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Looking for family members

The Family Links Network helps people look for family members when they have lost contact due to armed conflict or other situations of violence, natural or man-made disasters, or migration as well as in other situations of humanitarian need. We pay special attention to looking for the family members of unaccompanied or separated minors and other vulnerable persons in the first phase of an emergency.

How we look for family members

An ICRC employee in Liberia explains the role of
the tracing agency.
Tracing request

The first step and initial tool used to look for a missing person is the tracing request form. This form enables a family member (enquirer) to request a search for a relative with whom he or she has lost contact.

The tracing request should contain all available information to help search for the missing person and to maintain contact with the enquirer.

The tracing request is usually completed by a member of staff of the International Committee of the Red Cross (ICRC) or National Society during an interview with the family member of the sought person.


We first try to match the data collected on the tracing request with:

  • other data that we collect, such as lists of persons who are safe and well, injured, deprived of liberty or dead, and other tracing requests;
  • information shared by official institutions and other organizations;
  • other data published in the media or on the internet.

Whenever possible, the Family Links Network follows up personally on a tracing request by instructing staff or volunteers to carry out a search for a person in areas where this person might be living or where reliable information might be collected on his or her whereabouts. This is what we call "tracing." It involves activities such as:

  • going to the last known address of the sought person;
  • contacting relatives and neighbours who might know the sought person;
  • consulting institutions or organizations that might have information on the sought person;
  • visiting shelters and camps where the sought person might be;
  • checking hospitals, mortuary and cemetery records which might contain information on the sought person.
Submit the tracing request to the authorities

With the informed consent of the enquirer and only when it is in the best interest of the sought person, we may submit the tracing request to the authorities which may be able to provide information on the sought person.

Publish information on the sought person

With the informed consent of the enquirer and only when we believe that it is in the best interest of the sought person, we may publish or broadcast details of the sought person on television, in newspapers, on radio shows or on the internet in order to reach those who might be able to provide information.

Posters with names or pictures of the sought person can also be posted in key places and mobile teams with megaphones can make announcements seeking information on his or her whereabouts.

Online tracing

When a large-scale emergency occurs, another way in which the Family Links Network often looks for people is through the online tracing service.

A local radio station in Minova, DRC, airs the
names of missing children in hopes of reuniting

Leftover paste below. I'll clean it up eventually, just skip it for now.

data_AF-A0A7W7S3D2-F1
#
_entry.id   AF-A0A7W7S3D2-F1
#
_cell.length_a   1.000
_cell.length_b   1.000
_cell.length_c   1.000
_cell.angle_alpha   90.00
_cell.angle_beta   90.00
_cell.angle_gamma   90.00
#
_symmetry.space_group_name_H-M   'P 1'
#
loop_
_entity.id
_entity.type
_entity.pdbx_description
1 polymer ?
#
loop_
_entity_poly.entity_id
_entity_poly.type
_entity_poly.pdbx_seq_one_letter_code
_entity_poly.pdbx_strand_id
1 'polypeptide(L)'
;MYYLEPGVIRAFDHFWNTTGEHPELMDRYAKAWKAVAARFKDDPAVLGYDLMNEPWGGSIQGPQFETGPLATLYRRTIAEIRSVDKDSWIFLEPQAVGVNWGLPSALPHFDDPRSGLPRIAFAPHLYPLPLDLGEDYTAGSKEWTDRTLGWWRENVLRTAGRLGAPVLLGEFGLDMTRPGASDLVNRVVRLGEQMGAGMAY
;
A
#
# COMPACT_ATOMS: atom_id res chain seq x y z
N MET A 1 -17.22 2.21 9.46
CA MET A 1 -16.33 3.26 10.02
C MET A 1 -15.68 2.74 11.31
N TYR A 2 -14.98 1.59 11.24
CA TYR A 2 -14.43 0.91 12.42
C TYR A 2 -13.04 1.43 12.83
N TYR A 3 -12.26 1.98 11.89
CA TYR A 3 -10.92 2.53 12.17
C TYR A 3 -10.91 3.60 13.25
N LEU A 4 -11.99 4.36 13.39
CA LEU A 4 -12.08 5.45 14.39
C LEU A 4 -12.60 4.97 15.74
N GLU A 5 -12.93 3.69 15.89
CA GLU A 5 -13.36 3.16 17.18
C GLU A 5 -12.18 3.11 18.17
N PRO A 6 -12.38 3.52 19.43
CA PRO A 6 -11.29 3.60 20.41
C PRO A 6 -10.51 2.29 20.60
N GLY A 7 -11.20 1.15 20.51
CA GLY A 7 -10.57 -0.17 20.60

The ICRC launches an online tracing service rapidly and manages it with the help of National Red Cross and Red Crescent Societies. Online tracing services have been used since 1996, in connection with various conflicts and disasters, to publish lists of names and information on:

  • people who are safe and well;
  • hospital patients;
  • people who are looking for relatives;
  • sought persons or those who are dead;
  • addressees of Red Cross messages who are difficult to reach.

Individuals can access these lists directly on the webpage to look for the names of their family members. They can also publish the following details on the webpage:

  • their name and location when they are safe and well; or
  • the name of a sought relative with a request for news, together with their own name and contact details.
Hotline / call center

In a large-scale emergency, a telephone "hotline" can also be set up by the ICRC or a National Society to collect information, inform family members or refer them to the appropriate sources of information.

Important notice

If the sought person does not want to respond to a tracing request, we respect that decision. In such cases, we discuss with the individual how to proceed. We always bear in mind the need to protect sensitive personal information. The personal data of the enquirer or the sought person is only published or disclosed to other organizations or to the authorities:

  • for a clear humanitarian purpose;
  • when it is in the best interest of the sought person; and
  • with the consent of the enquirer.

In the immediate aftermath of a natural disaster or in the first acute phase of a conflict that has given rise to significant needs in terms of Restoring Family Links, we are often unable to accept tracing requests on a large scale. Our priority must be to help vulnerable persons (unaccompanied and separated minors, isolated elderly people, people with disabilities and others in need of protection and assistance) and their relatives. In such situations, tracing requests for other people will generally only be dealt with at a later stage.

Other than in the first emergency phase, the Family Links Network may deal with tracing requests at any time. However, National Red Cross and Red Crescent Societies may sometimes apply different criteria for accepting tracing requests.

Each country page on this website contains country-specific indications on these issues.

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